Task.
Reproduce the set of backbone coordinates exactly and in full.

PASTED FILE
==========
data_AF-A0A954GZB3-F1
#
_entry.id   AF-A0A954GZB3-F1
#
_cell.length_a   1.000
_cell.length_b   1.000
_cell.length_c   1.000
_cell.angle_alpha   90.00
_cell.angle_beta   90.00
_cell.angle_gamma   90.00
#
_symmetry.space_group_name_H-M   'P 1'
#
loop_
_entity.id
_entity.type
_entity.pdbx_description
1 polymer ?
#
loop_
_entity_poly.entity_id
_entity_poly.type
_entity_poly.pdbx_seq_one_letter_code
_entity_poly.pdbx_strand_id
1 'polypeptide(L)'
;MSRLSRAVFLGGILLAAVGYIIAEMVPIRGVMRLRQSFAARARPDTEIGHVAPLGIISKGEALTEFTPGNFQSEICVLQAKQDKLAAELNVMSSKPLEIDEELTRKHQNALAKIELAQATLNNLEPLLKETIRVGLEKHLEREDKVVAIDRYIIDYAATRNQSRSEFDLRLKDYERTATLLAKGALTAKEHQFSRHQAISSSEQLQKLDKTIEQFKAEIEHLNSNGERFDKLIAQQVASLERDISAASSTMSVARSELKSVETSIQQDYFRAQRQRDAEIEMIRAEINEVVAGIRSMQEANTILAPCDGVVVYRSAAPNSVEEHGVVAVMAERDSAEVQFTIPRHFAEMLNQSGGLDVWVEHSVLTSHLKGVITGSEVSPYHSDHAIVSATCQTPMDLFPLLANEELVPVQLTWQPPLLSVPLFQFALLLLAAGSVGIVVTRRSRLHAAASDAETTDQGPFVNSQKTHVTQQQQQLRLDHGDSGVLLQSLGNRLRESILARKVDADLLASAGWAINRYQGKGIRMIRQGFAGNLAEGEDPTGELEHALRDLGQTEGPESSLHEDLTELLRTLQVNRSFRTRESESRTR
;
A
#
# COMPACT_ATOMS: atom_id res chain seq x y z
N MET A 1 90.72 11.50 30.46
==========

data_AF-A0A954GZB3-F1
#
_entry.id   AF-A0A954GZB3-F1
#
_cell.length_a   1.000
_cell.length_b   1.000
_cell.length_c   1.000
_cell.angle_alpha   90.00
_cell.angle_beta   90.00
_cell.angle_gamma   90.00
#
_symmetry.space_group_name_H-M   'P 1'
#
loop_
_entity.id
_entity.type
_entity.pdbx_description
1 polymer ?
#
loop_
_entity_poly.entity_id
_entity_poly.type
_entity_poly.pdbx_seq_one_letter_code
_entity_poly.pdbx_strand_id
1 'polypeptide(L)'
;MSRLSRAVFLGGILLAAVGYIIAEMVPIRGVMRLRQSFAARARPDTEIGHVAPLGIISKGEALTEFTPGNFQSEICVLQAKQDKLAAELNVMSSKPLEIDEELTRKHQNALAKIELAQATLNNLEPLLKETIRVGLEKHLEREDKVVAIDRYIIDYAATRNQSRSEFDLRLKDYERTATLLAKGALTAKEHQFSRHQAISSSEQLQKLDKTIEQFKAEIEHLNSNGERFDKLIAQQVASLERDISAASSTMSVARSELKSVETSIQQDYFRAQRQRDAEIEMIRAEINEVVAGIRSMQEANTILAPCDGVVVYRSAAPNSVEEHGVVAVMAERDSAEVQFTIPRHFAEMLNQSGGLDVWVEHSVLTSHLKGVITGSEVSPYHSDHAIVSATCQTPMDLFPLLANEELVPVQLTWQPPLLSVPLFQFALLLLAAGSVGIVVTRRSRLHAAASDAETTDQGPFVNSQKTHVTQQQQQLRLDHGDSGVLLQSLGNRLRESILARKVDADLLASAGWAINRYQGKGIRMIRQGFAGNLAEGEDPTGELEHALRDLGQTEGPESSLHEDLTELLRTLQVNRSFRTRESESRTR
;
A
#
# COMPACT_ATOMS: atom_id res chain seq x y z
N MET A 1 90.72 11.50 30.46